"It's not something I ever expected to see in my lifetime," retired Air Force Col. Chester Richards told UPI. Richards, a strategist who has studied and written about military power for three decades, said the nomination represented a chance for the service to "reinvent itself" and "shift away from being a force that just kills people on the ground" to one that brings other capabilities to the table, more relevant to the hearts and minds mission.
The Air Force itself says it already provides those capabilities, such as surveillance and lift, the ability to move troops and materiel around the combat theater.
"No one in the world can replicate the speed, volume and flexibility of the United States' air mobility team," USAF spokeswoman Maj. Olivia Nelson told UPI. She said that, on average, an Air Force mobility aircraft was launched somewhere every 90 seconds, and that in Iraq, Air Mobility Command was flying more than 200 sorties a day.
Pietrucha noted that lift, which can move relief supplies or drop packaged humanitarian rations as easily as it can ship troops and weapons, is a key capability in hearts and minds missions.
"There are lots of ways air (power) can help from a hearts and minds standpoint," said Pietrucha. "Jet noise is a great non-lethal effect … an indicator of presence," which tells friends and foes alike on the ground that the U.S. military is there.
But he added that "kinetics" or "fires" -- striking with bombs or other ordinance -- is a central part of any combat situation.
"The delivery of weapons in a counterinsurgency environment is still a very useful capacity," said Pietrucha, "especially if you are on the ground and in contact with the enemy," he added, in a reference to "close air support" -- the use of air power to win firefights on the ground.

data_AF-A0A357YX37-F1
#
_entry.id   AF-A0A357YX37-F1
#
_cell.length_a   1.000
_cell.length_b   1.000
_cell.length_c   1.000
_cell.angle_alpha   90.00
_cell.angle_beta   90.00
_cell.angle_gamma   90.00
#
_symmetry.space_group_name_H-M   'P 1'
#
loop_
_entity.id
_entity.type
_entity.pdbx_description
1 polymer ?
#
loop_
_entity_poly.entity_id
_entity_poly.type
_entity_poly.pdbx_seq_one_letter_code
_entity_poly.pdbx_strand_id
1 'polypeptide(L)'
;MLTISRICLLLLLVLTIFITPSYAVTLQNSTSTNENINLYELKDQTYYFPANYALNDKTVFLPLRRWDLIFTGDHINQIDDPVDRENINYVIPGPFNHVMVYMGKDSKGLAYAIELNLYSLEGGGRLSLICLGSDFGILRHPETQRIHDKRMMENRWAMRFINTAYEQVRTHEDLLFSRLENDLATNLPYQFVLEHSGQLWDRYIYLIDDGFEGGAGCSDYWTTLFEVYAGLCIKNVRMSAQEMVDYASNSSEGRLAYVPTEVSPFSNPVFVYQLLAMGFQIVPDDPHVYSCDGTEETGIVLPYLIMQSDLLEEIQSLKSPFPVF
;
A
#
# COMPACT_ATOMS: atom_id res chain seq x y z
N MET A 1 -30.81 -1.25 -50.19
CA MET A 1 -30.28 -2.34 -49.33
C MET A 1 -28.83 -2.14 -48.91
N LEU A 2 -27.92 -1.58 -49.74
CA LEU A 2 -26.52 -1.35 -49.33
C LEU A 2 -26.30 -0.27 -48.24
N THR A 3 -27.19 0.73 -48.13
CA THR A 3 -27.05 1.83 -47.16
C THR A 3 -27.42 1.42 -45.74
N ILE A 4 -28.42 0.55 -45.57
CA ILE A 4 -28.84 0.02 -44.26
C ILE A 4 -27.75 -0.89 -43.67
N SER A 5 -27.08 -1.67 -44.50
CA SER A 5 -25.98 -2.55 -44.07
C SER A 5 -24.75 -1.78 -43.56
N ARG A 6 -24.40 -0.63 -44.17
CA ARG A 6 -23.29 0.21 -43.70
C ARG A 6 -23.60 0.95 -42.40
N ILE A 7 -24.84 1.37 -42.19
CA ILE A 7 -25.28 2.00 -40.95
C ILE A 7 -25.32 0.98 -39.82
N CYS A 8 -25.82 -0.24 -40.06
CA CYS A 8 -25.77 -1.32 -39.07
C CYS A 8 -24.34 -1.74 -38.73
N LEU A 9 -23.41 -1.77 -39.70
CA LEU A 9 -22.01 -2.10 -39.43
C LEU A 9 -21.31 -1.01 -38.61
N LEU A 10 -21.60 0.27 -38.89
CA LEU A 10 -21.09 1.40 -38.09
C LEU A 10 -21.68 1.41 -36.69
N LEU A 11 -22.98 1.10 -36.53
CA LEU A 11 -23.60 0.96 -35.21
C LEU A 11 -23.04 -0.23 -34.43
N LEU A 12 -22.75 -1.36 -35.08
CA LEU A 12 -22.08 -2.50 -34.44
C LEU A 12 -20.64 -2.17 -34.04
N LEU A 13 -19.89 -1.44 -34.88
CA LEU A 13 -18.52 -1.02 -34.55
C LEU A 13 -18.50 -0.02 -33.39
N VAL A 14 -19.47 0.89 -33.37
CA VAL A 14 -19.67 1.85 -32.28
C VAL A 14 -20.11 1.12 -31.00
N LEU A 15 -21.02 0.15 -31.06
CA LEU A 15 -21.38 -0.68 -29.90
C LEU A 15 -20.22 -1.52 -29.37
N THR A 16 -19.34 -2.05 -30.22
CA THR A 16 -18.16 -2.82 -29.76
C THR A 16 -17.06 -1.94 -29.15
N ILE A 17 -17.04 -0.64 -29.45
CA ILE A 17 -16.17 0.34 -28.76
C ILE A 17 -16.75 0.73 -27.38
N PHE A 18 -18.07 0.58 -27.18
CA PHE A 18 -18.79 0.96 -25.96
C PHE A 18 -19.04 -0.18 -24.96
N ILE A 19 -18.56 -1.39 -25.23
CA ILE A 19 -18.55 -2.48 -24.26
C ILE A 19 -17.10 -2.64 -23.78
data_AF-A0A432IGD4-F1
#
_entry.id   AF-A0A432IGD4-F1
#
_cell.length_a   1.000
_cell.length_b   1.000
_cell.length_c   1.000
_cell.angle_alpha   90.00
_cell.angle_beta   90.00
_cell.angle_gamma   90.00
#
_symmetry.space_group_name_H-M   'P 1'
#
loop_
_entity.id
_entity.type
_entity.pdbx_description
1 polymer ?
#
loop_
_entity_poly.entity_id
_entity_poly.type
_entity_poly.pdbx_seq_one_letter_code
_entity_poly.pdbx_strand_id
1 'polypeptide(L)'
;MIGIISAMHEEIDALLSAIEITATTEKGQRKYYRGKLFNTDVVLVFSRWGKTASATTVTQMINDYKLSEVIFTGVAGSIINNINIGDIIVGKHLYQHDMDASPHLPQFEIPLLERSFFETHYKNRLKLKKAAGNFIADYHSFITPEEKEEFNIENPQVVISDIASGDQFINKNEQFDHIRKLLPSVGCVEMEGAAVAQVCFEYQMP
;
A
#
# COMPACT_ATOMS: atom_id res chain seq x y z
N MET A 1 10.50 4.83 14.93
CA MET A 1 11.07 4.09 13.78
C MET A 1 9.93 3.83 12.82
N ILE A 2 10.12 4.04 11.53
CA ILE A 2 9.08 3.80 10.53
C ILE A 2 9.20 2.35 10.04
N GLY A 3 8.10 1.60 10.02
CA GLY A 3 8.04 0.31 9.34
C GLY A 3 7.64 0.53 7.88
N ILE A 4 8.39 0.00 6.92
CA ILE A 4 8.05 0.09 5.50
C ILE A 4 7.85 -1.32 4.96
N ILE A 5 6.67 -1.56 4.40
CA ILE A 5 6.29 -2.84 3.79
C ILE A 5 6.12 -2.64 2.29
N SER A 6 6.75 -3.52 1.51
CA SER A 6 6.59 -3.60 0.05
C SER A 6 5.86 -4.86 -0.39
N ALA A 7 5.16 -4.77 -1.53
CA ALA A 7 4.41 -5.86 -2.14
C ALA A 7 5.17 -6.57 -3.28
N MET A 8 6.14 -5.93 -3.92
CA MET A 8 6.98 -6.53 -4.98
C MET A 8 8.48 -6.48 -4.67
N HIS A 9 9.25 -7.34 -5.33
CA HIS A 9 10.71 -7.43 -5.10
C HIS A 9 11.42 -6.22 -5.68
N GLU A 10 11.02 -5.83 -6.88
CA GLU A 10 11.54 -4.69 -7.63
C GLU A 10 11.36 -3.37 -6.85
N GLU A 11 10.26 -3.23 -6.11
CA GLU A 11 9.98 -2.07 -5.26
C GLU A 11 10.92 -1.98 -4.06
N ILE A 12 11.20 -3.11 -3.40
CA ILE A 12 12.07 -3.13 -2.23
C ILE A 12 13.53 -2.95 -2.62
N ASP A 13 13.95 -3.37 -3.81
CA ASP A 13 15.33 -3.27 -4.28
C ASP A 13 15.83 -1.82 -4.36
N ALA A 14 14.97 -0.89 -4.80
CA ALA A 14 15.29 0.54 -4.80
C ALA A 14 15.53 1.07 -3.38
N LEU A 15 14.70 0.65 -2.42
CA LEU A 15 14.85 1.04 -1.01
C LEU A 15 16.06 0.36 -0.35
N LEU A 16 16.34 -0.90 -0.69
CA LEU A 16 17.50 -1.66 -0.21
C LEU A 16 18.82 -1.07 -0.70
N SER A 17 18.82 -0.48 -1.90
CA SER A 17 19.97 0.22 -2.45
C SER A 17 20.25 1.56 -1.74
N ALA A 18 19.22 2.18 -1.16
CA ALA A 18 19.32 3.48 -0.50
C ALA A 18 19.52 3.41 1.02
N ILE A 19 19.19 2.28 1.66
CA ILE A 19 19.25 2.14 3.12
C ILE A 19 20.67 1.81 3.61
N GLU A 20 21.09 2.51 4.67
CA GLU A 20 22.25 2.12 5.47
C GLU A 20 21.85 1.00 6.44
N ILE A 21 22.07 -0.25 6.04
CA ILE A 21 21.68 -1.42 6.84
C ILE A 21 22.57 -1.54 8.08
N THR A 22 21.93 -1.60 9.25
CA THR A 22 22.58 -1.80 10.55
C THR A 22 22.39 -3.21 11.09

The problem, said Richards, is that "When you fly over and you look down, everyone pretty much looks the same," which can easily lead to errors, like the recent friendly fire killing of 11 Pakistani troops, reportedly by a U.S. airstrike.
In a study last year, Brian Glyn Williams, a professor at the University of Massachusetts, Dartmouth, found allied forces in Afghanistan were hampered in their hearts and minds mission by an over-reliance on air power.
The inevitable collateral damage from close air support actions was "the main complaint from Pashtuns" who had been displaced by the fighting, and one of the major factors fueling anger at foreign military forces, and thus potentially generating support for the insurgency.
Pietrucha said the propaganda value of reports about civilian casualties probably outweighed their truth value. "Because the adversary is the only presence on the ground, they can get their story out first -- whether it is true or not."
"We may know it's not the case (that an air strike hit a wedding party or a school), but we can't prove it, or at least not quickly enough."
In Part Two, tomorrow: How the Air Force needs to change.